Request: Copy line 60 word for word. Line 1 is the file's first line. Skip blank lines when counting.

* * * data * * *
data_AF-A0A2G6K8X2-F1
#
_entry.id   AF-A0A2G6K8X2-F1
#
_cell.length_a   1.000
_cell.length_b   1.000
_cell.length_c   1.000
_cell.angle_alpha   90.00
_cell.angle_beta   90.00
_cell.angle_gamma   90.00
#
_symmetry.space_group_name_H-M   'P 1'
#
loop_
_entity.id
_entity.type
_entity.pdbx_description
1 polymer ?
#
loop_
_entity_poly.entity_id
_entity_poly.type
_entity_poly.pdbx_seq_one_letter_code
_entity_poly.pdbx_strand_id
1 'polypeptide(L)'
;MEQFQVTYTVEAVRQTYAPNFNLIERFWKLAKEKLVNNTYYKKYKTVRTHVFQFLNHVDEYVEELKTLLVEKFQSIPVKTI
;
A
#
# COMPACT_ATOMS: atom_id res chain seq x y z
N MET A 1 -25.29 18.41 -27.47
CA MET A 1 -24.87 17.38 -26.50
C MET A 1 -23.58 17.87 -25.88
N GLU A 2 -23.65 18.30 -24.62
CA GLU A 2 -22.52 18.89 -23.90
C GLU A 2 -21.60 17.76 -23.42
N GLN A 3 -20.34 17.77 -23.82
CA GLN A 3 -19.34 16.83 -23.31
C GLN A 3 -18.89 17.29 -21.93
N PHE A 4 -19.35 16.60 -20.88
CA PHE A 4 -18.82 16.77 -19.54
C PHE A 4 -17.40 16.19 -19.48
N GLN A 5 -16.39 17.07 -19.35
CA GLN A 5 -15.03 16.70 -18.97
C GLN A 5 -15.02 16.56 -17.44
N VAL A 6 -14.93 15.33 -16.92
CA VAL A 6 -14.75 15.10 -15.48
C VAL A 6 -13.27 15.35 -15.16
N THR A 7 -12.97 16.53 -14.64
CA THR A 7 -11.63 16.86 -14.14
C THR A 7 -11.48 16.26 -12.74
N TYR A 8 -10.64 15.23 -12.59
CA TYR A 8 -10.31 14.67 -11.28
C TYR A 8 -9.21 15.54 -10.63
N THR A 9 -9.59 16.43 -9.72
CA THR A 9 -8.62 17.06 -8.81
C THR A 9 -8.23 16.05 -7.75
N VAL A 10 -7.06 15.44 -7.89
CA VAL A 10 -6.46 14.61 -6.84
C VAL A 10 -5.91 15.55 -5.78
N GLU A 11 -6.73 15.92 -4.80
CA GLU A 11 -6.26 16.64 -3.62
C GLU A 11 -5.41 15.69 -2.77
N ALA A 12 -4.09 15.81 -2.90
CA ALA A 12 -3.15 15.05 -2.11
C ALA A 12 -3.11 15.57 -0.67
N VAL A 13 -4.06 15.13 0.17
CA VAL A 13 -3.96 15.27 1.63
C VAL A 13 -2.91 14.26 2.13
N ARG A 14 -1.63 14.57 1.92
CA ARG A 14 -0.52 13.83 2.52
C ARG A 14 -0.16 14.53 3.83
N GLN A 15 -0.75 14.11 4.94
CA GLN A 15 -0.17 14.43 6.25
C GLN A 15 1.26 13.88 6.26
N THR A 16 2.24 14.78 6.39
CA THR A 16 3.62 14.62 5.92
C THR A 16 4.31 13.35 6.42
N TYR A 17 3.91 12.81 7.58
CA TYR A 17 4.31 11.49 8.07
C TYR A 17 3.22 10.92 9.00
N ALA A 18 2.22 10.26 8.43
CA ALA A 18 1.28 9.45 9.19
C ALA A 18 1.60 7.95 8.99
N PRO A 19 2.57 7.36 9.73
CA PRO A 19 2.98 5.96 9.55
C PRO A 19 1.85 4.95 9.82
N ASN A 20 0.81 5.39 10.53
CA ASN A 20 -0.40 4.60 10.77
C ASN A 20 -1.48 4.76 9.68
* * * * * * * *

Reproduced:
C VAL A 10 -5.91 15.55 -5.78